The Psychology of our Immigration Unease

Acknowledging our discomfort over migrants is the start of a conversation about ourselves, not an argument for immigration control.

'Her Eyes' by Ranoush on Flickr. Creative Commons Licence.
‘Her Eyes’ by Ranoush on Flickr. Creative Commons Licence.

Having complained earlier this week about The Times reposting wire copy behind their paywall, its now time to point out that some writing is worth paying for.  Despite his Toryness, I think Matthew Parris is one of the most honest and eloquent columnists writing today.

Last Saturday he returned to the subject of burkas, and other religious and cultural uniforms, making an attempt to articulate why he and other British people might find such uniforms uncomfortable:

I wonder whether it really is only the burka’s particular capacity to hide the face that nettles us.  I believe there’s something more: that we see the decision to wear a burka as an insult, however passive, to ourselves; that we take the wearing of this veil as an expression of rejection by the wearer, or her husband, of the culture and society in which they live. We think that they are trying symbolically to shut us out, to define themselves against us. We think we see the uniform of an alien grouping: a passive-aggressive shunning of the host country.

Now this isn’t fair. Many burka wearers would be wearing burkas too in the countries from which their families come. But it is a fact I cannot deny that when I walk the pavements of Whitechapel in East London and pass women in the full black veil whom I sense do not want to acknowledge or speak to me, I feel very slightly affronted. I can’t help this. To any Muslim reader who may protest that I ought not to feel like that, I must, in all sincerity, give this reply: however you think non-Muslims ought to react to the full veil, this is how we always will. You’ll have to take it as a given.

An accepted wisdom of modern sociology is that racial insult is to some degree in the eye of the individual offended, rather than the intention of the offender. If this argument cuts one way, it must cut the other too. On this page yesterday Hugo Rifkind argued that race and culture are sideshows, and it’s all about jobs and economic competition: a powerful argument that I flatly reject. Poles are taking our jobs; burka wearers aren’t. But Poles are quite popular in Britain.

If I’m right about the wearing of religious or cultural uniforms that define the adherent against — as it were — the world in which he finds himself, then this would explain the slight hostility I feel (and must immediately combat in myself) on encountering groups of Hassidim with ringleted hair, in black hats, thick spectacles and heavy black coats. What is wrong with the rest of us (I hear myself mutter) that you want to separate yourselves from us in this aggressive-looking way? I feel it a bit with nuns, too. I feel it with stud-pierced youths with spikes on their lips: “Why do you hate our world so much?” I sense myself silently asking.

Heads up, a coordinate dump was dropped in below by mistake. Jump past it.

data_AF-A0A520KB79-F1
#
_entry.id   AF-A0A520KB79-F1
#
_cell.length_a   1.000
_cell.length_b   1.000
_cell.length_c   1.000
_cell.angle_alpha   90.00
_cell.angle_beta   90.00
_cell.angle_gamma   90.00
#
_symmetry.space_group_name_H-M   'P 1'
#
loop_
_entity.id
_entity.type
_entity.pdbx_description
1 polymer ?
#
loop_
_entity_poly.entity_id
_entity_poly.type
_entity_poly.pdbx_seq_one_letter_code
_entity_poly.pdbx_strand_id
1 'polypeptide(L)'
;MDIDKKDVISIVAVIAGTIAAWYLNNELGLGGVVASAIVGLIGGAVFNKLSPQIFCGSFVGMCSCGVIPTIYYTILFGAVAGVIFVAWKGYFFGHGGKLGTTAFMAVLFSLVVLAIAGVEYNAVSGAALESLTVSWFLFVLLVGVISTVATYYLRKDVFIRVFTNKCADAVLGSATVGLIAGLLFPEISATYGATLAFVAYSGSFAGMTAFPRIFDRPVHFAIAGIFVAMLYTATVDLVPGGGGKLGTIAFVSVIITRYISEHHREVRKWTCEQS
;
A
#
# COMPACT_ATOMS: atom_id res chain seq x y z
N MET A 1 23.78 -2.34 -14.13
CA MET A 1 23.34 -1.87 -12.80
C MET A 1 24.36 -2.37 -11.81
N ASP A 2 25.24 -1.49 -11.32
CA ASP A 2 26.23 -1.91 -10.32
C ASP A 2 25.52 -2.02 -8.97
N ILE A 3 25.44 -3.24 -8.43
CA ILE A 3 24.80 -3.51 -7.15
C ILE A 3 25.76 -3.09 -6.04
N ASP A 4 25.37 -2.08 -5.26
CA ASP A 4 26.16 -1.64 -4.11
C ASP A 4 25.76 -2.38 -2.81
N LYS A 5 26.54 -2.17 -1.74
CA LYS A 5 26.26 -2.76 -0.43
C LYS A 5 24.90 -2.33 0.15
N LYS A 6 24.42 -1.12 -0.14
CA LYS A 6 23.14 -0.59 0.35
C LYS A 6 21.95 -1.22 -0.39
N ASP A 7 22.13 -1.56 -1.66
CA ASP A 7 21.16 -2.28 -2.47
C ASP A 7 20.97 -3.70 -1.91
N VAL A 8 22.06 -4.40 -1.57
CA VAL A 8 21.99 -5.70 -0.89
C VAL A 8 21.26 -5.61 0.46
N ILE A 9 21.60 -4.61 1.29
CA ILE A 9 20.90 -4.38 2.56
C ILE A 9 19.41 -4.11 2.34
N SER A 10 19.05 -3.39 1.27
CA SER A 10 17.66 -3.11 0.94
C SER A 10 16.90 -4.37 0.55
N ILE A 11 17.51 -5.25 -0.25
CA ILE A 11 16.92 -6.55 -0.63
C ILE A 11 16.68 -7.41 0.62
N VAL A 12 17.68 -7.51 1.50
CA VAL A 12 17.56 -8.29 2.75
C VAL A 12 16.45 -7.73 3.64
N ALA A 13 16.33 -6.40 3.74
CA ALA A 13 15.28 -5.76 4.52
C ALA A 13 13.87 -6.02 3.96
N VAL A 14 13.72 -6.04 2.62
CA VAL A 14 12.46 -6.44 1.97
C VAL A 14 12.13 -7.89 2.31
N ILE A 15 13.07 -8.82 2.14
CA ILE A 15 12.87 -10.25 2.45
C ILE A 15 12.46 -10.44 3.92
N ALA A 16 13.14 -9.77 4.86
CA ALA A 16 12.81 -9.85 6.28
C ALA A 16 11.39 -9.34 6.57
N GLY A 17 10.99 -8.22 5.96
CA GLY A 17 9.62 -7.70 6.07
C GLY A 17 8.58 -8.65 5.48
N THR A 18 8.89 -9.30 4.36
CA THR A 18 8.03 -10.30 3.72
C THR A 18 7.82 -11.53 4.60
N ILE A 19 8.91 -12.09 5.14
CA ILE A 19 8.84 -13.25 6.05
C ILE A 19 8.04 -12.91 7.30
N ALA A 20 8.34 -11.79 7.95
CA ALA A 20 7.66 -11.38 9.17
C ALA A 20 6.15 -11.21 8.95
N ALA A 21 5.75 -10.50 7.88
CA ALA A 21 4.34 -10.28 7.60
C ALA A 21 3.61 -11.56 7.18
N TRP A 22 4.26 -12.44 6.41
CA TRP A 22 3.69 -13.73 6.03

Then there are the shouty crucifixes that seem to announce that the rest of us are on the wrong side of a sheep- versus-goats divide. I’ve not the slightest doubt that those orange- swathed Hare Krishna people you see on the London pavement are the most harmless creatures alive, but their uniform is telling me that they’re special, and I’m not; and I don’t react well to that. I’ve even felt this with the wearing of the Jewish skullcap in a secular, mixed and workaday environment: “Ok, but why do you need to wear that thing?” a voice within me says — to which another, fairer, one replies: “And why shouldn’t he? Must he justify to you what he puts on his head?”

Its also possible to feel the opposite. When I walk between the saris and sarwar kamises on Tooting High Street or Ealing Broadway, it makes me feel cosmopolitian, international, and worldly (although I would be lying if I said I was not similarly puzzled by Burkas). Regardless of my personal feelings, I appreciate Parris’s article because he acknowledges that we are intelligent animals, capable of introspection. We may have certain inate fears about ‘The Other’ (be they Muslims, Jews, or Hare Krishnas) but we are equally capable of some rudimentary self-psychoanalysis.  We are not slaves to our fears or our gut instincts – we can transcend them in favour of a shared humanity.

Acknowledging our discomfort over migrants is the start of a conversation about ourselves, our country, and our species. Contra to what both David Cameron and Ed Miliband seem to be saying, such feeling are not a legitimate reason to criticise immigration policy. Portraying white Britons as uniformly panicked and distrubed by the changing face of our community is patronising and simplistic, and may even legitimise the reactionary views of the Far Right.

1 thought on “The Psychology of our Immigration Unease”

  1. There is a lot of performing difference in the wearing of a burkha, or the semiotics of being a sikh – and as Guru Gobin Singh expounded these outward attires of difference become an act of defiance against authority and persecution by being visibly rebellious, proud and combative. the burkha or niqab becomes a performance object in everyday life.

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